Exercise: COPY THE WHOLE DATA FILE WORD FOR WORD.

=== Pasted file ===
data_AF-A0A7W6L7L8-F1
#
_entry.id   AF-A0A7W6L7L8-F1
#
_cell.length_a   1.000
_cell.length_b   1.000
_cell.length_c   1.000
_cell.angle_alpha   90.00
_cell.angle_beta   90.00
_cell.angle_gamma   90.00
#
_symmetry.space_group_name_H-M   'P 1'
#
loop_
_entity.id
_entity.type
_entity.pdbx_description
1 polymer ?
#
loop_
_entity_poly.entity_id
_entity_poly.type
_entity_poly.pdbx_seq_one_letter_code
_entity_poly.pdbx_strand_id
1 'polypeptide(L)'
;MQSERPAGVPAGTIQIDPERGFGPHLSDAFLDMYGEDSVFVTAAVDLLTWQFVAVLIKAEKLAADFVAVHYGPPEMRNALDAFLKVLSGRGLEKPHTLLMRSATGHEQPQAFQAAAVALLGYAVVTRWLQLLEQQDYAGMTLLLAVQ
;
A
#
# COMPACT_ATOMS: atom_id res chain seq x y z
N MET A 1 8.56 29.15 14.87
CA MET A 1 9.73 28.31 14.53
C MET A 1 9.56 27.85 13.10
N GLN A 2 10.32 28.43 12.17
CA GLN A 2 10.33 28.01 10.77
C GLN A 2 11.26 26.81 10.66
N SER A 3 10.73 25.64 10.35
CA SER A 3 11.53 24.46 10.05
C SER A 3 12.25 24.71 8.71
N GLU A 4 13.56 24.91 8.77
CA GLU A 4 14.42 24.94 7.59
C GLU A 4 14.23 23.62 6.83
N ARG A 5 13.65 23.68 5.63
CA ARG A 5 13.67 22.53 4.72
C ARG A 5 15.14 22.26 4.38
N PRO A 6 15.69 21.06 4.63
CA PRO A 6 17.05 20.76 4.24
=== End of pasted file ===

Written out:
data_AF-A0A7W6L7L8-F1
#
_entry.id   AF-A0A7W6L7L8-F1
#
_cell.length_a   1.000
_cell.length_b   1.000
_cell.length_c   1.000
_cell.angle_alpha   90.00
_cell.angle_beta   90.00
_cell.angle_gamma   90.00
#
_symmetry.space_group_name_H-M   'P 1'
#
loop_
_entity.id
_entity.type
_entity.pdbx_description
1 polymer ?
#
loop_
_entity_poly.entity_id
_entity_poly.type
_entity_poly.pdbx_seq_one_letter_code
_entity_poly.pdbx_strand_id
1 'polypeptide(L)'
;MQSERPAGVPAGTIQIDPERGFGPHLSDAFLDMYGEDSVFVTAAVDLLTWQFVAVLIKAEKLAADFVAVHYGPPEMRNALDAFLKVLSGRGLEKPHTLLMRSATGHEQPQAFQAAAVALLGYAVVTRWLQLLEQQDYAGMTLLLAVQ
;
A
#
# COMPACT_ATOMS: atom_id res chain seq x y z
N MET A 1 8.56 29.15 14.87
CA MET A 1 9.73 28.31 14.53
C MET A 1 9.56 27.85 13.10
N GLN A 2 10.32 28.43 12.17
CA GLN A 2 10.33 28.01 10.77
C GLN A 2 11.26 26.81 10.66
N SER A 3 10.73 25.64 10.35
CA SER A 3 11.53 24.46 10.05
C SER A 3 12.25 24.71 8.71
N GLU A 4 13.56 24.91 8.77
CA GLU A 4 14.42 24.94 7.59
C GLU A 4 14.23 23.62 6.83
N ARG A 5 13.65 23.68 5.63
CA ARG A 5 13.67 22.53 4.72
C ARG A 5 15.14 22.26 4.38
N PRO A 6 15.69 21.06 4.63
CA PRO A 6 17.05 20.76 4.24